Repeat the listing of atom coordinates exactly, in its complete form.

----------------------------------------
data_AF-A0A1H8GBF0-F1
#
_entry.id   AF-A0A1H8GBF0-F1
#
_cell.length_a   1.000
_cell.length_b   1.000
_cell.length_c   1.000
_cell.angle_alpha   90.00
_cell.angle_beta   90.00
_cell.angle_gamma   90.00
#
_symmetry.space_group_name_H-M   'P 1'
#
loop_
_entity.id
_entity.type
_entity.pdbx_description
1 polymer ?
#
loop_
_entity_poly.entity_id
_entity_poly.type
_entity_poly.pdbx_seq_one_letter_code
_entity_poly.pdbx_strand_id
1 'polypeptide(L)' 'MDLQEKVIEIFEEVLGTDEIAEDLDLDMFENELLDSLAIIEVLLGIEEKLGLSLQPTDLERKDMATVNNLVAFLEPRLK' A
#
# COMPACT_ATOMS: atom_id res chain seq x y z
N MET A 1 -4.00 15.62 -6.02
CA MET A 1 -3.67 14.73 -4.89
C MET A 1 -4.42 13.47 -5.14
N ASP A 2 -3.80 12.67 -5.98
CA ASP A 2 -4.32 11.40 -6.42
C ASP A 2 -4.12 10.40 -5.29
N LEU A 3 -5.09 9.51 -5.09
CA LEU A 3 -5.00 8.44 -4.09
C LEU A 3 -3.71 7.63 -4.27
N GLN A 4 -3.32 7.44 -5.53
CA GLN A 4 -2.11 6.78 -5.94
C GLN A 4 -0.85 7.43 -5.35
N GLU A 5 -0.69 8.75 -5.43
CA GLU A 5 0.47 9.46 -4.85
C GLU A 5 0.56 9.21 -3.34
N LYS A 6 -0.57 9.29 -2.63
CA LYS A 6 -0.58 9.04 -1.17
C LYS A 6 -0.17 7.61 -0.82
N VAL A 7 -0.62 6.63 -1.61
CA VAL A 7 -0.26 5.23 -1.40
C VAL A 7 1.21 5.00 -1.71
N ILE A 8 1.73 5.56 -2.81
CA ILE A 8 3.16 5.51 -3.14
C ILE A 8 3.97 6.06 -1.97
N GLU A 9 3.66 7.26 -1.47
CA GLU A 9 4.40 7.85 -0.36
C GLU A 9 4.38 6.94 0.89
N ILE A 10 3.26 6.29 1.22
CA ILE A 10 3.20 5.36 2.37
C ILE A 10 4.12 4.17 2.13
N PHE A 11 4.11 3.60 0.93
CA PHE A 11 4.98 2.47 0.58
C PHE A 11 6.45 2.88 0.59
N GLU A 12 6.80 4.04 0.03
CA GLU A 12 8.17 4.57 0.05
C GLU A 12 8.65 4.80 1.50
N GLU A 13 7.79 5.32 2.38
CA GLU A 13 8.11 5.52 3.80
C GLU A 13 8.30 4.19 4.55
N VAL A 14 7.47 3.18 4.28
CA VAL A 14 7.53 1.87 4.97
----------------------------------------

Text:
data_AF-A0A1H8GBF0-F1
#
_entry.id   AF-A0A1H8GBF0-F1
#
_cell.length_a   1.000
_cell.length_b   1.000
_cell.length_c   1.000
_cell.angle_alpha   90.00
_cell.angle_beta   90.00
_cell.angle_gamma   90.00
#
_symmetry.space_group_name_H-M   'P 1'
#
loop_
_entity.id
_entity.type
_entity.pdbx_description
1 polymer ?
#
loop_
_entity_poly.entity_id
_entity_poly.type
_entity_poly.pdbx_seq_one_letter_code
_entity_poly.pdbx_strand_id
1 'polypeptide(L)' 'MDLQEKVIEIFEEVLGTDEIAEDLDLDMFENELLDSLAIIEVLLGIEEKLGLSLQPTDLERKDMATVNNLVAFLEPRLK' A
#
# COMPACT_ATOMS: atom_id res chain seq x y z
N MET A 1 -4.00 15.62 -6.02
CA MET A 1 -3.67 14.73 -4.89
C MET A 1 -4.42 13.47 -5.14
N ASP A 2 -3.80 12.67 -5.98
CA ASP A 2 -4.32 11.40 -6.42
C ASP A 2 -4.12 10.40 -5.29
N LEU A 3 -5.09 9.51 -5.09
CA LEU A 3 -5.00 8.44 -4.09
C LEU A 3 -3.71 7.63 -4.27
N GLN A 4 -3.32 7.44 -5.53
CA GLN A 4 -2.11 6.78 -5.94
C GLN A 4 -0.85 7.43 -5.35
N GLU A 5 -0.69 8.75 -5.43
CA GLU A 5 0.47 9.46 -4.85
C GLU A 5 0.56 9.21 -3.34
N LYS A 6 -0.57 9.29 -2.63
CA LYS A 6 -0.58 9.04 -1.17
C LYS A 6 -0.17 7.61 -0.82
N VAL A 7 -0.62 6.63 -1.61
CA VAL A 7 -0.26 5.23 -1.40
C VAL A 7 1.21 5.00 -1.71
N ILE A 8 1.73 5.56 -2.81
CA ILE A 8 3.16 5.51 -3.14
C ILE A 8 3.97 6.06 -1.97
N GLU A 9 3.66 7.26 -1.47
CA GLU A 9 4.40 7.85 -0.36
C GLU A 9 4.38 6.94 0.89
N ILE A 10 3.26 6.29 1.22
CA ILE A 10 3.20 5.36 2.37
C ILE A 10 4.12 4.17 2.13
N PHE A 11 4.11 3.60 0.93
CA PHE A 11 4.98 2.47 0.58
C PHE A 11 6.45 2.88 0.59
N GLU A 12 6.80 4.04 0.03
CA GLU A 12 8.17 4.57 0.05
C GLU A 12 8.65 4.80 1.50
N GLU A 13 7.79 5.32 2.38
CA GLU A 13 8.11 5.52 3.80
C GLU A 13 8.30 4.19 4.55
N VAL A 14 7.47 3.18 4.28
CA VAL A 14 7.53 1.87 4.97